Is a Doctor of Osteopathic Medicine an MD?
An osteopathic doctor or Doctor of Osteopathic Medicine is a doctor of medicine who practices a “whole person” approach when it comes to health care and medical treatment. Doctors of Osteopathic Medicine, or D.O.s, are qualified to perform surgery, prescribe medication, and treat patients just as a doctor of allopathic medicine (or M.D.) does. An osteopathic doctor focuses on treating the body as a whole, rather than emphasizing specific areas for treatment.
The tasks of a Doctor of Osteopathic Medicine
The daily tasks of a doctor of osteopathic medicine can be nearly identical to that of a doctor of allopathic medicine. A doctor of osteopathic medicine may work in a private office, a hospital, a clinic, an emergency room or in a variety of medical settings where physicians may be needed. A doctor of osteopathic medicine may also have a specialty and area of focus, in addition to their osteopathic approach to health and wellness. A doctor of osteopathic medicine will typically see a number of patients each day, and need to deal with updating patient files, diagnostics, treatment, and aftercare.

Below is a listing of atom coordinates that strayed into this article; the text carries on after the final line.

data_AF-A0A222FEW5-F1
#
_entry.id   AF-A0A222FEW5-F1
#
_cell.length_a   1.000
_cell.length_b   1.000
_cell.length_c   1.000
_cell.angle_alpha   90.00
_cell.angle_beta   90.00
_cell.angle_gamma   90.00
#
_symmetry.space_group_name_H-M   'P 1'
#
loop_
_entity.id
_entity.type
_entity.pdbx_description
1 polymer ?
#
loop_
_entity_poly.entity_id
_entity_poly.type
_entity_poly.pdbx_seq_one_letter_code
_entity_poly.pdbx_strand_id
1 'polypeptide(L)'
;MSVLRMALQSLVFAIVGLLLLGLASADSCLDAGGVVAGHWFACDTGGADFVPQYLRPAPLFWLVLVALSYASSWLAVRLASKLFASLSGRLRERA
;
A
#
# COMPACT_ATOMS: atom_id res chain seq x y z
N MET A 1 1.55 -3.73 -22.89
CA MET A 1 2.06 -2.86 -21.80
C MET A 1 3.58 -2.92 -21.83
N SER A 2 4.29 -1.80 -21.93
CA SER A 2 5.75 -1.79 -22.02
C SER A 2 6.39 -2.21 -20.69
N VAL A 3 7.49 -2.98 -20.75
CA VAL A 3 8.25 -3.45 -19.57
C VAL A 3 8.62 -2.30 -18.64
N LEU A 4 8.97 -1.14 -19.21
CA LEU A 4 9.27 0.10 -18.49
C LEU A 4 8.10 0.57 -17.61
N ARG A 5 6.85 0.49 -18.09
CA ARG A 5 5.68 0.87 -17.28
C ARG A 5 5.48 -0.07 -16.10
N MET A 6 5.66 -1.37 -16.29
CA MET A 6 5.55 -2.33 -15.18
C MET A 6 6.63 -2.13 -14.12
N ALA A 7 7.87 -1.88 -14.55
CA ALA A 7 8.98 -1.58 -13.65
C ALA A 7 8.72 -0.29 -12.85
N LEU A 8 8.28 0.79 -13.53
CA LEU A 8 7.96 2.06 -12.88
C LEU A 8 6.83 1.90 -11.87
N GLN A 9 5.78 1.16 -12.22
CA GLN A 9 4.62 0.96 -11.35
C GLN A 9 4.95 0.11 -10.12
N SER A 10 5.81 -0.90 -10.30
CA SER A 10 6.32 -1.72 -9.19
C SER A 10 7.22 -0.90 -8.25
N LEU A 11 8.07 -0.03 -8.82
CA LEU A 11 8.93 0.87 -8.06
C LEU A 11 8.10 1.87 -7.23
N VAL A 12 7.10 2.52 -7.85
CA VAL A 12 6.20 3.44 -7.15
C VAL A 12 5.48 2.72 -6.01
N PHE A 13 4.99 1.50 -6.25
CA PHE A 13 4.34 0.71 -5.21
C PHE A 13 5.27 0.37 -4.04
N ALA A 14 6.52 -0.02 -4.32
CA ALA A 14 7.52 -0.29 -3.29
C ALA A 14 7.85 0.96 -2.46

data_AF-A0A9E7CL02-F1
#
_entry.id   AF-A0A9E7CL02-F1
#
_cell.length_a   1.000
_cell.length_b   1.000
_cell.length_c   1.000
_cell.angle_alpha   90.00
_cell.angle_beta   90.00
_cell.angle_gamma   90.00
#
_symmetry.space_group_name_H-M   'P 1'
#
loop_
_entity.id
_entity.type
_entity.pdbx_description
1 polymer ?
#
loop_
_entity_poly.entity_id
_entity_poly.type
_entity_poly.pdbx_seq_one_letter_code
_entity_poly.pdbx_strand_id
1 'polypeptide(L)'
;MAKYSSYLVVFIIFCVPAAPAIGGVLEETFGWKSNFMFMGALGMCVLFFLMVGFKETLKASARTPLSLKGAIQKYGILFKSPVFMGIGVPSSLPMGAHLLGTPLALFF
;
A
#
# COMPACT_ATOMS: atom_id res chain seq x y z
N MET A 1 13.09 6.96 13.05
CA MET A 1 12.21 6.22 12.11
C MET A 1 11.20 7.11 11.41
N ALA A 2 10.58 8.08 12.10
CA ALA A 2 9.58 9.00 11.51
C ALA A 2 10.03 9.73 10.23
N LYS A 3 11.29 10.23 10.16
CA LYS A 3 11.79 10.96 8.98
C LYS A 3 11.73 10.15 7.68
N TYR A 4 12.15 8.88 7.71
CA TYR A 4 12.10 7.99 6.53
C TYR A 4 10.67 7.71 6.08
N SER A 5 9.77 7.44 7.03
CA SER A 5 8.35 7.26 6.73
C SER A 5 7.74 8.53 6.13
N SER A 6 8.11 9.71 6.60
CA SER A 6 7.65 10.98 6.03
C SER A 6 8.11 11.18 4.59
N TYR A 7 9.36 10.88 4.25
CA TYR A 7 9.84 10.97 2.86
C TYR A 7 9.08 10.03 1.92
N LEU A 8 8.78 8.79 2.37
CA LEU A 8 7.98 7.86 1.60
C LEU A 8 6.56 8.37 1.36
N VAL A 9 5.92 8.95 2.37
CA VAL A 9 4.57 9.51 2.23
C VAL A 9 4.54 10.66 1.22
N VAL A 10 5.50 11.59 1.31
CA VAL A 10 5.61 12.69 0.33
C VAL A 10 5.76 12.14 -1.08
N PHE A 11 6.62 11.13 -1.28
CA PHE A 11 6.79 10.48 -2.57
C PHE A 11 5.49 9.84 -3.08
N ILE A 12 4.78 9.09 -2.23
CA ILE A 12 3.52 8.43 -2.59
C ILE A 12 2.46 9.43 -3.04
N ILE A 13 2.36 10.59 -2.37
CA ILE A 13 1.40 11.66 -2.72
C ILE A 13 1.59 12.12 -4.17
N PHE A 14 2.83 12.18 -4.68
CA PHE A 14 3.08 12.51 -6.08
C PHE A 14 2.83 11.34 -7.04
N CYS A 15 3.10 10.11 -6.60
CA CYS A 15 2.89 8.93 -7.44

Some people liken the philosophy of osteopathic medicine to holistic medicine, which promotes treating the mind as well as the body. Although they share similar beliefs, osteopathic medicine still works within the traditional medical community, using procedures and treatments that would be considered ‘not natural’ and therefore not used within the holistic medicine community.
And although doctors of osteopathic medicine practice similar in the way a doctor of allopathic medicine would, there are some key principles that differentiate them from doctors of allopathic medicine.
Doctors of osteopathic medicine employ a whole person approach to medicine, health, and treatment. Instead of treating particular symptoms, they look at the entire body in order to treat the patient. This requires examinations that look the symptoms of a patient’s entire body, rather than simply asking the patient about one specific area.